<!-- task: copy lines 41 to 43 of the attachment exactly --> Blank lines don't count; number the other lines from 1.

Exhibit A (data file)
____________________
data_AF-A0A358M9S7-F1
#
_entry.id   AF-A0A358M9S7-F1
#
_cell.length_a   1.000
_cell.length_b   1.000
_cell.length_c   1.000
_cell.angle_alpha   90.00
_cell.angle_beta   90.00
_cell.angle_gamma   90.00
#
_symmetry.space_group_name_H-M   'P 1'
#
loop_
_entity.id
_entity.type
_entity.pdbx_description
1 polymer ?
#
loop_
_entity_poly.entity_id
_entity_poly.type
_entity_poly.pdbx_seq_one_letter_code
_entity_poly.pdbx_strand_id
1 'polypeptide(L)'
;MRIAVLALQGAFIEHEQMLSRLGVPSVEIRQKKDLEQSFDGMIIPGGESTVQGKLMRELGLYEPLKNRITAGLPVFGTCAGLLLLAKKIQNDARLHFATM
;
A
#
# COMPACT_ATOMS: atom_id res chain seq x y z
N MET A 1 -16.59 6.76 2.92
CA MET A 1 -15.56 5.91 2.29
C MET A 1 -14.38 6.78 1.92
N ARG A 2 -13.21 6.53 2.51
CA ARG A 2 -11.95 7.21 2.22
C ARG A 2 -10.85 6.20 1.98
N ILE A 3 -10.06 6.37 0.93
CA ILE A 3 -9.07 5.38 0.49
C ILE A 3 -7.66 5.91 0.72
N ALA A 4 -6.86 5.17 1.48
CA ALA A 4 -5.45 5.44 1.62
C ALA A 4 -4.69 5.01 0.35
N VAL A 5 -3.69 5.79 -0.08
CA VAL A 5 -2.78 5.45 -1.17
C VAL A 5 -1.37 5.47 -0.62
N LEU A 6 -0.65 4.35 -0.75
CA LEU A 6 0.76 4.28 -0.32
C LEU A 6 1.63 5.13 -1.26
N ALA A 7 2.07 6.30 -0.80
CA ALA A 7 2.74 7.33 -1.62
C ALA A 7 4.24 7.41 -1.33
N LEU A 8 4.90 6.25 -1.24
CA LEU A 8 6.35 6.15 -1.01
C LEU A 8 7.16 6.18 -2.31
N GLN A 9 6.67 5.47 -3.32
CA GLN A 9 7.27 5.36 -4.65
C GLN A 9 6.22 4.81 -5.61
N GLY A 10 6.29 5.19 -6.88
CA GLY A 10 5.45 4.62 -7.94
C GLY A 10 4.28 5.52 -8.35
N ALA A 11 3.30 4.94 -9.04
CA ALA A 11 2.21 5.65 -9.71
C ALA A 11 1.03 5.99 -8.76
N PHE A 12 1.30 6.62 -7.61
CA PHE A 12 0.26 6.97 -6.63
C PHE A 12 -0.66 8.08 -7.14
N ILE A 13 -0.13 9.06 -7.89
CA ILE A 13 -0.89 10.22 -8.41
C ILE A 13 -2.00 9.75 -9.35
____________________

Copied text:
CA ALA A 4 -5.45 5.44 1.62
C ALA A 4 -4.69 5.01 0.35
N VAL A 5 -3.69 5.79 -0.08